It’s that time when friends receive their sample ballots and ask me what my positions are on the propositions and the candidates. I appreciate that good citizens not only want to vote, but also wish to make intelligent votes by reviewing numerous inputs and recommendations. Consequently, I’ll be issuing “campaign” UPDATEs over the next few days and weeks on the various segments of your ballots.
Your upcoming November 6th General Election participation opportunity includes 11 statewide ballot measures for your consideration. My recommendations are provided below.
The ballot measures garnering the most attention are Propositions 6 and 10.
Prop. 6 would lower your gas tax and annual auto fees to former levels, as this provided adequate funding to repair roads. Regretfully, Caltrans is a mismanaged department of transportation. Caltrans needs to be restructured, not your budget.
Prop. 10 is a socialistic effort to impose rent control. I’ve owned rental property and it is not an easy undertaking. To cap an investor’s ability to earn revenues is wrong on its face and a solution that will have dire unintended consequences.
For some of the other ballot measures, allow me to provide two basic decision principles. The first is, if at all possible, do not vote for a tax increase. Secondly, if at all possible, do not vote for a bond measure, no matter how righteous the cause, as it may lead to either tax increases or budget cuts in the future.
Propositions 1, 3 and 4 would authorize the issuance of general obligation bonds that will have to be paid out of the state’s general fund. However, since California has the largest unrestricted net deficit in the nation, it most definitely does not need to add to its current debt load (also see MOORLACH CAMPAIGN UPDATE — Vote No on Proposition 68 — May 5, 2018, MOORLACH CAMPAIGN UPDATE — Proposition 68 — March 23, 2018, and MOORLACH UPDATE — Propositions 68 and 69 — May 18, 2018). Besides, why is Sacramento borrowing when it had $13 billion in additional revenues this fiscal year? Isn’t paying cash the cheapest and quickest way of addressing these proposed projects?
Proposition 2 is also a bond. However, it will have an existing revenue stream dedicated to addressing the principal and interest payments. The proceeds will be used to construct permanent housing, thus providing assets that will exist long after the loans are paid. And, the debt will be issued while the country is still in a low-interest rate environment.
Prop. 2 also has a story, which you’ve heard from me on a number of occasions. This is the “No Place Like Home” initiative to obtain $2 billion in funding to build immediate supportive housing for those who are homeless and mentally ill (see MOORLACH UPDATE — More Prop. 63 Repurposing — January 6, 2016). The income stream that is being securitized is the Mental Health Services Act (MHSA) income tax on millionaires that was established with Proposition 63 back in 2004.
I don’t believe that the voters would rescind their support for the MHSA. I am not aware of any anti-tax organization that is going to gather enough signatures to reverse the Prop. 63 income tax on millionaires. Therefore, with this tax in place in perpetuity (theoretically), let’s use it in a more prudent manner by allocating it to pay down a housing mortgage for the most needy in our communities. Currently, counties are not spending these revenues, due to the lack of concrete allocation plans. Prop. 2 gives a specific usage directive by dedicating 6 percent of the revenues toward paying off the bonds.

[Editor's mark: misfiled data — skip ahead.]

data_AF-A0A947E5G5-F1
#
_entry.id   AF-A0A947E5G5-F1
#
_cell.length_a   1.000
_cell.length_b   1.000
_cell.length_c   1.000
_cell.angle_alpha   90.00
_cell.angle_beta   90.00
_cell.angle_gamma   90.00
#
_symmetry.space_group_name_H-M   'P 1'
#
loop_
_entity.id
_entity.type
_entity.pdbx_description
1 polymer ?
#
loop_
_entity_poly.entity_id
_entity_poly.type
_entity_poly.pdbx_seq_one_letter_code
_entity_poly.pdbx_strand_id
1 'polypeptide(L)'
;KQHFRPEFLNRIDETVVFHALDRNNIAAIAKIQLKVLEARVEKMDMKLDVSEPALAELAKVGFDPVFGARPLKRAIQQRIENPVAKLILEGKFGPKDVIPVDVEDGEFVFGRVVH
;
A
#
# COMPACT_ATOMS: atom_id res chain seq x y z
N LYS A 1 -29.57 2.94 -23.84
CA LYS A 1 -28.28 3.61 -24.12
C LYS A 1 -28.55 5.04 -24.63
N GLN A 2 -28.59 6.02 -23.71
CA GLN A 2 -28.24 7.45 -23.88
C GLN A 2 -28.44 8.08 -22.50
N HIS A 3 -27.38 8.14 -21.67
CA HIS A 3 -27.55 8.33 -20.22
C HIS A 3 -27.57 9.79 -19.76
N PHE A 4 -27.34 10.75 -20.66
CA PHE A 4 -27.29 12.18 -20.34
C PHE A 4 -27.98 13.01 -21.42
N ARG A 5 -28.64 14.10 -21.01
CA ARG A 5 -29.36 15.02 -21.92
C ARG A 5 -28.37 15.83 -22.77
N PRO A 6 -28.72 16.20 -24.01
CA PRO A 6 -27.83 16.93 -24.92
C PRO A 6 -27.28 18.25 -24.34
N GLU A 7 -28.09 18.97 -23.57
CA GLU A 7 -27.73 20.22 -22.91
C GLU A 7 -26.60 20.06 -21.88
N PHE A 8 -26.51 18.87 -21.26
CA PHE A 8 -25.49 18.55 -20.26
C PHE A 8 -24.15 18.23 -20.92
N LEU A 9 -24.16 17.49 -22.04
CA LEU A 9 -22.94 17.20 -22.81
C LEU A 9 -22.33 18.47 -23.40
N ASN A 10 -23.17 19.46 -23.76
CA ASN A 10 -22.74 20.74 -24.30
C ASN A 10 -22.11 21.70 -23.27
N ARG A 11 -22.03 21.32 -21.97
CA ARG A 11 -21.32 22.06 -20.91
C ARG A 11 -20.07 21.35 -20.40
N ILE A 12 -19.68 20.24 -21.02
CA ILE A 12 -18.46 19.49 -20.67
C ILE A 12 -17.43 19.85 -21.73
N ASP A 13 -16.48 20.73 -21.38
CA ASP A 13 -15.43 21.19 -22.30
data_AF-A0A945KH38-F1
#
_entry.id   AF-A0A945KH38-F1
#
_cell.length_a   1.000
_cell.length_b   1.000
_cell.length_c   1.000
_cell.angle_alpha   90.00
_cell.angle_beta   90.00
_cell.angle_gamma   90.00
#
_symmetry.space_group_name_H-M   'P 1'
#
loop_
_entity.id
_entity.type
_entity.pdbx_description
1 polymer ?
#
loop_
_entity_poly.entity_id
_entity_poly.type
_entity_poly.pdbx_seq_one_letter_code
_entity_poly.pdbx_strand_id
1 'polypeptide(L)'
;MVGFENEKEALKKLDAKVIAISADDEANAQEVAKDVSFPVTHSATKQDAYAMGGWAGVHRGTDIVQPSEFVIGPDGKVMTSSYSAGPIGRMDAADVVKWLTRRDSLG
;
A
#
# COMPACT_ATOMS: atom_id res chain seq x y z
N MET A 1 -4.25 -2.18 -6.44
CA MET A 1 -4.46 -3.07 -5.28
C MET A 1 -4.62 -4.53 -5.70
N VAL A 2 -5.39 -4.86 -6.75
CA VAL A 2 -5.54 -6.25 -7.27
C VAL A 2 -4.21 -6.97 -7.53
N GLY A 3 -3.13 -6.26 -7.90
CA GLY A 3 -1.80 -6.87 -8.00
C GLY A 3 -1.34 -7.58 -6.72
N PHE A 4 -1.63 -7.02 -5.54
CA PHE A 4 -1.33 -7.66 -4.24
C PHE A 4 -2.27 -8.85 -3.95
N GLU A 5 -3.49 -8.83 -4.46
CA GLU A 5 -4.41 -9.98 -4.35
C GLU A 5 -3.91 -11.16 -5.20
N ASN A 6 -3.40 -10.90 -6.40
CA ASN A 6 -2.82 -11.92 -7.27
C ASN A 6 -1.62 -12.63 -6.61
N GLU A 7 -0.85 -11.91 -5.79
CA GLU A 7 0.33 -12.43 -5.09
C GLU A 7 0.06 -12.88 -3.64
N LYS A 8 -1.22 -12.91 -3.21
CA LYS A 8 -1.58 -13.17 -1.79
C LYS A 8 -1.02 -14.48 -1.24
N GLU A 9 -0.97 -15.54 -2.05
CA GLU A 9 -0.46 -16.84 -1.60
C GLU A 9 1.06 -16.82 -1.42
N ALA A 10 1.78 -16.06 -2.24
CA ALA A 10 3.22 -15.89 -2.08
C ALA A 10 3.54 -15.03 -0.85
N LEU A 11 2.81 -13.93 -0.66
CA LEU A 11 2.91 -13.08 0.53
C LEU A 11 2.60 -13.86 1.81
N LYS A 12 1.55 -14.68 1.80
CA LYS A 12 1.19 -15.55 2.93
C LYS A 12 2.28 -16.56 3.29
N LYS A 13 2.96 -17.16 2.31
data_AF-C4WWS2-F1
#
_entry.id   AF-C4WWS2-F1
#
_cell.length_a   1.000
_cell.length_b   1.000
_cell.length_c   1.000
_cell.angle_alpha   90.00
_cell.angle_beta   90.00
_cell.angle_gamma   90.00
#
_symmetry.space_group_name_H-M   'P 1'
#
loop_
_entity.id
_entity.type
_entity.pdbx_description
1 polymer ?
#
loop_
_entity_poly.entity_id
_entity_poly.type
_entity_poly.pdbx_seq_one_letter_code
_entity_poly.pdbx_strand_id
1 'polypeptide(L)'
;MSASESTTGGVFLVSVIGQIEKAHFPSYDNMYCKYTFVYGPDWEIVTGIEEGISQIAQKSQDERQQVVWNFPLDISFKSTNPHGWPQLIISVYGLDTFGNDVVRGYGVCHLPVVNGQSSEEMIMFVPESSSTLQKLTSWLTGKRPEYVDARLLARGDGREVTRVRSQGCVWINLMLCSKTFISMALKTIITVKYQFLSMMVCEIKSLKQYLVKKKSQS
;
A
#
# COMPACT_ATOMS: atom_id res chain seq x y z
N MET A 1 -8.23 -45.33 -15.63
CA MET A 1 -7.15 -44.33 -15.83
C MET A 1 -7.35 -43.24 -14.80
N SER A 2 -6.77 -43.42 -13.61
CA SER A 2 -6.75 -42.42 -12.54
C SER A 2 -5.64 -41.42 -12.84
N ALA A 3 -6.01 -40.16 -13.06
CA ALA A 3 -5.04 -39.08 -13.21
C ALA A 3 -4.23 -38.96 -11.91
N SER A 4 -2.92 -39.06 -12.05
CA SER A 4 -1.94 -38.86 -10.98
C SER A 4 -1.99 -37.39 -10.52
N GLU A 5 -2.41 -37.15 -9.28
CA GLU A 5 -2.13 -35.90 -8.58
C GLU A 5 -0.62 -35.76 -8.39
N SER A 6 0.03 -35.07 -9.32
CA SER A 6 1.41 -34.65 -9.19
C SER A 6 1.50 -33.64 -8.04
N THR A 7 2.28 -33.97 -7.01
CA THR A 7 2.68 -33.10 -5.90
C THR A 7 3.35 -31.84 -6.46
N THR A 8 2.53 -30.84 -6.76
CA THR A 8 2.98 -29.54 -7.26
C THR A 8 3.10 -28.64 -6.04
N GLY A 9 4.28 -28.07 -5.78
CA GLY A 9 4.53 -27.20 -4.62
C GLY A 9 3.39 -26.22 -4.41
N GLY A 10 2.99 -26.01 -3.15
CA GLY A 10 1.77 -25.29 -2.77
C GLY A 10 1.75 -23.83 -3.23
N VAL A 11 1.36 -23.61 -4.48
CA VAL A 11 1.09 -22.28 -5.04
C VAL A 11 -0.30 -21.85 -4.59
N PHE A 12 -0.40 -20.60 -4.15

By providing immediate housing, the diagnosis and treatment for those who are homeless and mentally ill can begin. But, it starts with housing. That’s why Prop. 2 is worthy of your vote. And that’s why I was a joint author with Senator Kevin DeLeon on SB 1206 to put this matter on your ballot (see MOORLACH UPDATE — Joint Author Details — July 7, 2018).
I believe the other ballot measure recommendations below are self-explanatory. But, I should mention that I am a strong proponent of Prop. 6. It would repeal the regressive gas tax approved by the supermajority with SB 1 (2017) that unfairly burdens our state’s poor and its commuters, who are forced to fund a mismanaged Department of Transportation that is in woeful need of reorganization. There are funds to repair our roads, but they’re not being spent wisely. You have received plenty of UPDATEs from me on this subject matter in the past, so I’ll stop my repetition. But, I will close to inform you that I am working on plans to address Sacramento’s methodology to fix its roads, so please stay tuned.
|1||Issues $4 billion in bonds for housing programs and veterans’ home loans||No|
|2||Authorizes state to use revenue from millionaire’s tax for $2 billion in bonds for homelessness prevention housing||Yes|
|3||Issues $8.877 billion in bonds for water-related infrastructure and environmental projects||No|
|4||Issues $1.5 billion in bonds for children’s hospitals||No|
|5||Revises process for homebuyers who are age 55 or older or severely disabled to transfer their tax assessments||Yes|
|6||Repeals 2017’s fuel tax and vehicle fee increases and requires public vote on future increases||Yes|
|7||Authorizes legislature to provide for permanent daylight saving time if federal government allows||Yes|
|8||Requires dialysis clinics to issue refunds for revenue above a certain amount||No|
|10||Allows local governments to regulate rent||No|
|11||Allow ambulance providers to require workers to remain on-call during breaks paid||Yes|
|12||Bans sale of meat from animals confined in spaces below specific sizes||No|
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